1. Raise a set of dumbbells out to the side until they're parallel to your shoulders, creating a "T" shape with your body.
  2. Slowly return to the start.

Primary areas worked: anterior deltoid, lateral deltoid, and serratus anterior

4. Goblet squat

Weights aren't reserved for working your arms and shoulders—you can use beginner dumbbell exercises to hit your lower body, too.

  1. Instead of a kettlebell, hold a single, medium-to-heavy weight with one end in each hand, and lower down into a squat until your butt is slightly below your knees.
  2. Drive up through your heels to return to stand, squeezing your glutes as you reach the top of the move. Be sure to keep your chest proud and eyes up to maintain proper form.

Primary areas worked: glutes, quads, calves, core, biceps, and hands

5. Weighted reverse lunge

Kick your lunges up a notch by adding some weight into the mix.

  1. Hold a dumbbell in each hand, and take a big step back with one leg and drop down into your lunge.
  2. Drive up through your front foot to return to stand.
  3. Repeat on the other side.

Primary areas worked: glutes, quads, hamstrings, hips, core, and upper back

Pro tip: “With squats and lunges, you’re working the lower body—quads, hamstrings, glutes, and hips—but because you’re utilizing the bigger muscles in your body, you’re also going to get your heart rate up for cardiovascular benefit,” Schemper says. “Start with your dumbbells down by your side, then progress to holding them at shoulder height in a racked position, or experiment with using just one dumbbell for added balance and core training.”

6. Dumbbell wood chop

Yup—you can use dumbbells to work your core. This move involves twisting through your abs and obliques to raise a weight above your head, and mimics the act of chopping wood.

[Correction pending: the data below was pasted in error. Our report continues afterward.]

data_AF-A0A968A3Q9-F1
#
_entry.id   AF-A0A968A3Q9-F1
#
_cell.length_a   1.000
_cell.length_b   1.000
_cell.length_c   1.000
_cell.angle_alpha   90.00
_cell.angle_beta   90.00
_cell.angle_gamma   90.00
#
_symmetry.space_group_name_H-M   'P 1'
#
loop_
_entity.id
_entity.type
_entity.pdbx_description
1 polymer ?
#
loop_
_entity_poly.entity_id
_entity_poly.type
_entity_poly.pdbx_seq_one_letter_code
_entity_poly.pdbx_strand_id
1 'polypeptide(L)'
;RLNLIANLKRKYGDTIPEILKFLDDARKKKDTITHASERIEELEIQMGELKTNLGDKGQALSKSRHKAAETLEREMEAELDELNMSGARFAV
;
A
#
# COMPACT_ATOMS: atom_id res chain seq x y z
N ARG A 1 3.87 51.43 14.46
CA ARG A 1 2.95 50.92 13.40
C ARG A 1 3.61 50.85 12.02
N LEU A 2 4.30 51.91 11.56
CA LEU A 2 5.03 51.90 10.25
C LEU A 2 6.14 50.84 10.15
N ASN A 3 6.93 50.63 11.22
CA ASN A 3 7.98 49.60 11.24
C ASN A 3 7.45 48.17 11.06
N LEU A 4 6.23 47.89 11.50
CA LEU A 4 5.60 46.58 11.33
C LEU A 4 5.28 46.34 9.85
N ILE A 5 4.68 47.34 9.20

1. Hold the top of a weight in both hands at one side of your body, then stabilize your core as you pivot to reach it up above your opposite shoulder (as if you were swinging an axe).
  2. Then, swipe it back down to the starting position as you rotate through your feet.

Primary areas worked: obliques, transverse abdominis, and upper glutes

7. Single-leg deadlift

This hip-dominant, unilateral move targets your hips and glutes one side at a time.

  1. Hold a weight in one hand, and stabilize with your foot on the opposite side.
  2. Bend your standing knee and slowly lower the weight down toward the floor (keeping your chest proud, back flat and hips square) while the foot on the same side as your weight lifts back behind you. Activate your "floating" leg throughout the move by flexing your foot, which will help to fire up your glutes.
  3. Drive through your standing leg to return to the starting position, and track the movement with your gaze to maintain proper form.

Primary areas worked: hamstrings and glutes

Prefer to follow along with a trainer? We've got you covered:  


Frequently asked questions

Is it possible to build muscle solely with dumbbells?

According to Schemper, you can absolutely build muscle with dumbbell exercises alone. The key is to progressively overload, she says. This means “gradually increasing your workout intensity and stress on your muscles, over time,” she explains. “You'll see the adaptations—muscle growth—that occurs, as a result.”

What is the ideal dumbbell weight for beginners?

Moore says five to 10 pounds is a great starting point for executing a beginner dumbbell workout plan. That said, everyone has different capabilities, and over time, strength will allow for weight advances. 

“Picking a weight all depends on your current strength level, which can be different for everyone, even if you haven’t been working out,” Schemper says. “I work with a lot of moms, who maybe aren’t doing traditional strength training, but pick up their 20- to 30-pound toddlers all day. Starting at five pounds might seem doable, but in reality, they are stronger and have more muscular endurance than they realize.”

How can you tell if you've picked the right dumbbells? “You want the weight to be something that is comfortable to use for a set of eight to 12 repetitions, with the first few reps feeling easier, and the last few reps feeling pretty difficult,” Schemper says.

Since the weight you use will fluctuate, it's a good idea to invest in a pair of adjustable weights.

When do you know it's time to increase the weight?

Determining your ideal dumbbell weight requires focusing on eight to 12 reps; knowing when to up your weight requires homing in on the effort it requires to lift the first six reps. “If you can only do four to six reps with good form, the weight may be too heavy; if you can keep going for 20 reps, your weights may be too light,” Schemper says. Adjust accordingly.